Damaru is generally made of wood in hourglass shape. In Chakrasamvara practices, the damaru is the prjna, to whom/which the male applies his skillful means (upaya) activating their union; the sound produced by drum is both the physical sound of the union and the mantras of the union. It is the sound of Great Bliss (Mahasukha) achieved, and depending on what a practitioner has been taught by a individual teacher, he or she may try to sustain the sound for prolonged periods of time. In theory, the damaru is made of the crania of adolescent youths, one male and female, thus the male-female nonduality is inherent even in the structure of the drum. In reality, however, virtually any skulls from the charnel fields will do.
Thus conceptually the damaru is made of two human skulls and connected at the point of the crown, at the hole of Brahma(brahma randhra), the imagined opening for the central meditative channel of the subtle body. In constructing a damaru, a hole is cut so that the two chambers of the drum are connected. The join, usually a pitch-based binder, is usually surrounded by a brocade band to which are attached cowries, a brocade handle, a tassel and embroidered silk banner or scarf. Two pouch strikers, the 'pellets' are strung from the waist of the drum. They generally hang from strings, so that when the drum is rotated rapidly, the weighted pouches swing around and hit the centre of the stretched hide. A decorative embroidered banner hangs at the centre of the drum and is often held alongside the handle, giving the yogin a good grip on the drum. He or she will hold it aloft with the right hand and, rotating the forearm and hand, produce a rapid continuous beat. In the hands of practice meditators, the modulations from very soft to quite loud, and from a slow, rhythmic resonance to very rapid staccato beats almost blend into a single tone.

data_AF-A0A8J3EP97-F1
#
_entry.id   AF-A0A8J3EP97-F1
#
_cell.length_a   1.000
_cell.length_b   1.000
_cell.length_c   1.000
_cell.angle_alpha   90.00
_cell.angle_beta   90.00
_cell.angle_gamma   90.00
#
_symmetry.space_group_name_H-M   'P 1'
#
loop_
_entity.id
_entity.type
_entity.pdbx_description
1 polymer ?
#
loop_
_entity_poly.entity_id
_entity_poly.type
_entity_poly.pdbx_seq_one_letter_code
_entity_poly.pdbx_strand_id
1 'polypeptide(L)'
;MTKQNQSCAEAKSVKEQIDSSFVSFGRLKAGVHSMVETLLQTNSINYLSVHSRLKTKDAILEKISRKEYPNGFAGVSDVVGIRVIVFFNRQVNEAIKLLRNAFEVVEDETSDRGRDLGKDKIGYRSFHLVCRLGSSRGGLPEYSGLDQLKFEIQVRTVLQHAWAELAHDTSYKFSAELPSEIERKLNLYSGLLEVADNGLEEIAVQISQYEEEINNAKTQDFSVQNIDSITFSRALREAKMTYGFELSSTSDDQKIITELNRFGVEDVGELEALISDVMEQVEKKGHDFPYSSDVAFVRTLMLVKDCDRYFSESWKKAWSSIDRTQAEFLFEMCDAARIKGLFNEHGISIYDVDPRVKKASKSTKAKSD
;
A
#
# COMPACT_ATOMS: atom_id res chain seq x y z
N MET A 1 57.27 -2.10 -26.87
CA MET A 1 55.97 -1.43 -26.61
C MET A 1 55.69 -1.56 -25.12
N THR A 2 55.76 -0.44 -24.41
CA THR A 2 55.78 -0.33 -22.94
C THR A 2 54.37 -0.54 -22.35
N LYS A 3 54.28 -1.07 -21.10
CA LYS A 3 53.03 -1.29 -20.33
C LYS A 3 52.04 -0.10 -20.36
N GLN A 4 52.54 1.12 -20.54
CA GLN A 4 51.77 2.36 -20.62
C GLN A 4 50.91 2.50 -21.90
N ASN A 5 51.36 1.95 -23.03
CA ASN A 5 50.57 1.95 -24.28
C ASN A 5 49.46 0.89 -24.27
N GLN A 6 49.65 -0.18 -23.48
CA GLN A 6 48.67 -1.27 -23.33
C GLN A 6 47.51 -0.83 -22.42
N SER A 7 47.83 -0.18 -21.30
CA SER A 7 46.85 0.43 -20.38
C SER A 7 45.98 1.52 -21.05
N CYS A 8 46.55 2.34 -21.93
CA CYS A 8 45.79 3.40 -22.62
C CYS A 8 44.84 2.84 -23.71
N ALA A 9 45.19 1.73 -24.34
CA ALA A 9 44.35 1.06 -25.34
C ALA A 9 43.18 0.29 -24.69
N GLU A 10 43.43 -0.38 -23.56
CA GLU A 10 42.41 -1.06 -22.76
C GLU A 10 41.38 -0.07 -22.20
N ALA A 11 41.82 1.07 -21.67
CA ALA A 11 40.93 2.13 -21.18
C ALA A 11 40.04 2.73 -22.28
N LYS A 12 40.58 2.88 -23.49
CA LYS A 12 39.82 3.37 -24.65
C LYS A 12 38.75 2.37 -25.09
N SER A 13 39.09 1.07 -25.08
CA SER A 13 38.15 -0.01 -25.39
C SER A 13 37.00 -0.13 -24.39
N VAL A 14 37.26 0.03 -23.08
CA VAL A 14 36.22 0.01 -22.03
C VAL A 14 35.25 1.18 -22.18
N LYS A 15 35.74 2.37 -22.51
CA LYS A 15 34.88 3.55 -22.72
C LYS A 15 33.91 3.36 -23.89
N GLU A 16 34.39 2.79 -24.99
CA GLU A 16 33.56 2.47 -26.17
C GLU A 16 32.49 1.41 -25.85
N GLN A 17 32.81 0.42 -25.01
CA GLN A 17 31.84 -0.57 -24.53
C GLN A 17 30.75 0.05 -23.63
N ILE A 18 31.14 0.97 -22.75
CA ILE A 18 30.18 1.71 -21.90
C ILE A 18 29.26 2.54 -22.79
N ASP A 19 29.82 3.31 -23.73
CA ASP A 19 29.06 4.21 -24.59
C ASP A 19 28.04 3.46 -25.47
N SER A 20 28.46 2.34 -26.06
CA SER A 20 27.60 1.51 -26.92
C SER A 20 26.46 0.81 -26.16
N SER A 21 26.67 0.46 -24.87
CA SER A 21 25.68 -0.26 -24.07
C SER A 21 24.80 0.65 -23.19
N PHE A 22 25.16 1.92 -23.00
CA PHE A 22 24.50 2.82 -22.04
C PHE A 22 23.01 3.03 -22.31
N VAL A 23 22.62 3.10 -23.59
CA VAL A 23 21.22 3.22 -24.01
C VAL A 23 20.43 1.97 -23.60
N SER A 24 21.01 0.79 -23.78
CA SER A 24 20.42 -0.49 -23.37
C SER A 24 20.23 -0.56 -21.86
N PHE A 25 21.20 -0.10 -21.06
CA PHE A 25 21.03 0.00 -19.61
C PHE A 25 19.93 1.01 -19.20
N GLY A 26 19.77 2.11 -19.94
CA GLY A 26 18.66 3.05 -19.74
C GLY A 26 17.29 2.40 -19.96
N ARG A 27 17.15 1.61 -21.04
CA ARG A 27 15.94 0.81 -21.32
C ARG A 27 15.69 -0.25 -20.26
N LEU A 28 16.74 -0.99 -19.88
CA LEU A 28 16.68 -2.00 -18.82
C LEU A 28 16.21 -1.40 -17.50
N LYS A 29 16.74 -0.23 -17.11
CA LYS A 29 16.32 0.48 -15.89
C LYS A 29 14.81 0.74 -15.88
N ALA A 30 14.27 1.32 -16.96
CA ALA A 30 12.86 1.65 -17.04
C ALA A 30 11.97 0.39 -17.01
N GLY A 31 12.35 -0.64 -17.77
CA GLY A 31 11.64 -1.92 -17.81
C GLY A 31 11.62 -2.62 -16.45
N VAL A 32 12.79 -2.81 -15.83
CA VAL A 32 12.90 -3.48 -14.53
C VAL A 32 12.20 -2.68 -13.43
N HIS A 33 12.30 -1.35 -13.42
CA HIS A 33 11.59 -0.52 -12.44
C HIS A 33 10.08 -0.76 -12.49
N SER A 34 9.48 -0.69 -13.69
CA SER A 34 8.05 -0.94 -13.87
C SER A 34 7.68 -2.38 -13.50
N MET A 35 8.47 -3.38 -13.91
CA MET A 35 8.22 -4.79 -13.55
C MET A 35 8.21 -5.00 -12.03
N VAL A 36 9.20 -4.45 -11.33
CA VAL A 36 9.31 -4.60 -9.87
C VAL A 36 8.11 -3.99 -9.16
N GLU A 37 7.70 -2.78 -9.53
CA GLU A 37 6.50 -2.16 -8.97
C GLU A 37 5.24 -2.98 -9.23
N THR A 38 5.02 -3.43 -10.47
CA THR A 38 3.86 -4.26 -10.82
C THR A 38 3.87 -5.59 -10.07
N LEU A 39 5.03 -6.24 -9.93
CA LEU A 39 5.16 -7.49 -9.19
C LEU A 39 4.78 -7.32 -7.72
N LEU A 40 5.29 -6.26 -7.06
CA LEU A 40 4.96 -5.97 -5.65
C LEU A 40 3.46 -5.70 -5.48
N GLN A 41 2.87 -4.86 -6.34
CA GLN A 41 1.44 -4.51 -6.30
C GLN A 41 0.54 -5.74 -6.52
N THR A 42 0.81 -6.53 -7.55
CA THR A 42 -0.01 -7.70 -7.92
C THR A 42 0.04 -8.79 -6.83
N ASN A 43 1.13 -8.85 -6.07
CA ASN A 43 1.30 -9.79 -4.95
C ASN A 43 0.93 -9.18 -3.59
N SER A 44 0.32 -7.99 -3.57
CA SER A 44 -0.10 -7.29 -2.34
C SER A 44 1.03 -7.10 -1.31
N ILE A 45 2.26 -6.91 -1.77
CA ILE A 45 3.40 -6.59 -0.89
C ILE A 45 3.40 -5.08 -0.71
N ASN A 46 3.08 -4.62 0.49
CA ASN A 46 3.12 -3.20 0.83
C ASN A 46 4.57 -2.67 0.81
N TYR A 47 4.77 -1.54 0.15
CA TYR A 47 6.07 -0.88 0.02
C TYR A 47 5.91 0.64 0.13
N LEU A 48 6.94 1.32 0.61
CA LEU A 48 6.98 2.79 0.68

In Tantric visualizations, the sonic symbology of the bell and damaru are extremely important in the process of purification of both the external and the subtle body. These instruments signify the radiant bliss of realized wisdom, specifically when the bell is held in the left hand and played at the level of the heart. It symbolizes the experience of clear luminescence (prabhasvara) that arises through the purification of the inner body. To attain the realization of the clear light, the inner fire of Vajravarahi at the navel must be ignited and increased as it moves upwards, awakening the subsequent chakras. In the completion-stage meditations of Vajravarahi, this moment is symbolized by holding the vajra and damaru with the right hand. The drum is played near the navel chakra to awaken Vajravarahi, the personifications of the inner fire, to initiate the experience of clear light. This is then accompanied by the ringing of the bell held in the left hand and placed in the proximity of the heart chakra, signifying the actual experiencing of the radiant light of bliss through the purification of the subtle body. In this may, the sonic energy of the bell and damaru mark the culminating moments of the completion stage, specifically associated with the Yogini and his or her purifying heat, in this case, Vajravarahi.
Thus, Damaru has a very important place both in Brahmanical and Buddhist rituals.